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    Last Updated on December 2, 2018

    How to Flow Your Way to a More Productive Life

    How to Flow Your Way to a More Productive Life

    Ebb and flow. Contraction and expansion. Highs and lows. It’s all about the cycles of life.

    The entire course of our life follows this up and down pattern of more and then less. Our days flow this way, each following a pattern of more energy, then less energy, more creativity and periods of greater focus bookended by moments of low energy when we cringe at the thought of one more meeting, one more call, one more sentence.

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    The key is in understanding how to use the cycles of ebb and flow to our advantage. The ability to harness these fluctuations, understand how they affect our productivity and mood and then apply that knowledge as a tool to improve our lives is a valuable strategy that few individuals or corporations have mastered.

    Here are a few simple steps to start using this strategy today:

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    Review Your Past Flow

    Take just a few minutes to look back at how your days and weeks have been unfolding. What time of the day are you the most focused? Do you prefer to be more social at certain times of the day? Do you have difficulty concentrating after lunch or are you energized? Are there days when you can’t seem to sit still at your desk and others when you could work on the same project for hours?

    Do you see a pattern starting to emerge? Eventually you will discover a sort of map or schedule that charts your individual productivity levels during a given day or week.  That’s the first step. You’ll use this information to plan your days going forward.

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    Schedule According to Your Flow Pattern

    Look at the types of things you do each day…each week. What can you move around so that it’s a better fit for you? Can you suggest to your team that you schedule meetings for late morning if you can’t stand to be social first thing? Can you schedule detailed project work or highly creative tasks, like writing or designing when you are best able to focus? How about making sales calls or client meetings on days when you are the most social and leaving billing or reports until another time when you are able to close your door and do repetitive tasks.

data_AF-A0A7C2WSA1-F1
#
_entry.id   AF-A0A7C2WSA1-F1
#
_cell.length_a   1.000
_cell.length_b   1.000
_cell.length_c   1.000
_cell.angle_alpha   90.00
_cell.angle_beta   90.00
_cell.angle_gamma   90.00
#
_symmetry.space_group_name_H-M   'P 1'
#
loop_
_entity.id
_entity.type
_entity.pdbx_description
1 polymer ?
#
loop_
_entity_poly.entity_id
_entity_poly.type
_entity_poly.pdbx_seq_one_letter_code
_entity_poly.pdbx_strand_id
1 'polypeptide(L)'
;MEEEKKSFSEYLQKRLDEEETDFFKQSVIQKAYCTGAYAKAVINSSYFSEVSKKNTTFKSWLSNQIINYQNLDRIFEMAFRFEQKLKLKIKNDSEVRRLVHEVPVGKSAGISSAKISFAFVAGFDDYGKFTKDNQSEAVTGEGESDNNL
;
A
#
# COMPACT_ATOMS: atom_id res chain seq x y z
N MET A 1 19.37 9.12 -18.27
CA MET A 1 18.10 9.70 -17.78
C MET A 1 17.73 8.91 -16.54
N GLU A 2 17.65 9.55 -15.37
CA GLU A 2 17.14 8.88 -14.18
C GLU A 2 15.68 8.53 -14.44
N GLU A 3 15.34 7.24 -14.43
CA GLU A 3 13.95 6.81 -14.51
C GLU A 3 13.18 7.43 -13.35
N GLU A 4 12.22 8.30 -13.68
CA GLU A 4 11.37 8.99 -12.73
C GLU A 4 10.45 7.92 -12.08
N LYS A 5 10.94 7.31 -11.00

Keep in mind that everyone is different and some things are out of our control. Do what you can. You might be surprised at just how flexible clients and managers can be when they understand that improving your productivity will result in better outcomes for them.

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    Account for Big Picture Fluctuations

    Look at the bigger picture. Consider what happens during different months or times during the year. Think about what is going on in the other parts of your life. When is the best time for you to take on a new project, role or responsibility? Take into account other commitments that zap your energy. Do you have a sick parent, a spouse who travels all the time or young children who demand all of your available time and energy?

    We all know people who ignore all of this advice and yet seem to prosper and achieve wonderful success anyway, but they are usually the exception, not the rule. For most of us, this habitual tendency to force our bodies and our brains into patterns of working that undermine our productivity result in achieving less than desired results and adding more stress to our already overburdened lives.

    Why not follow the ebb and flow of your life instead of fighting against it?

      Featured photo credit: Nathan Dumlao via unsplash.com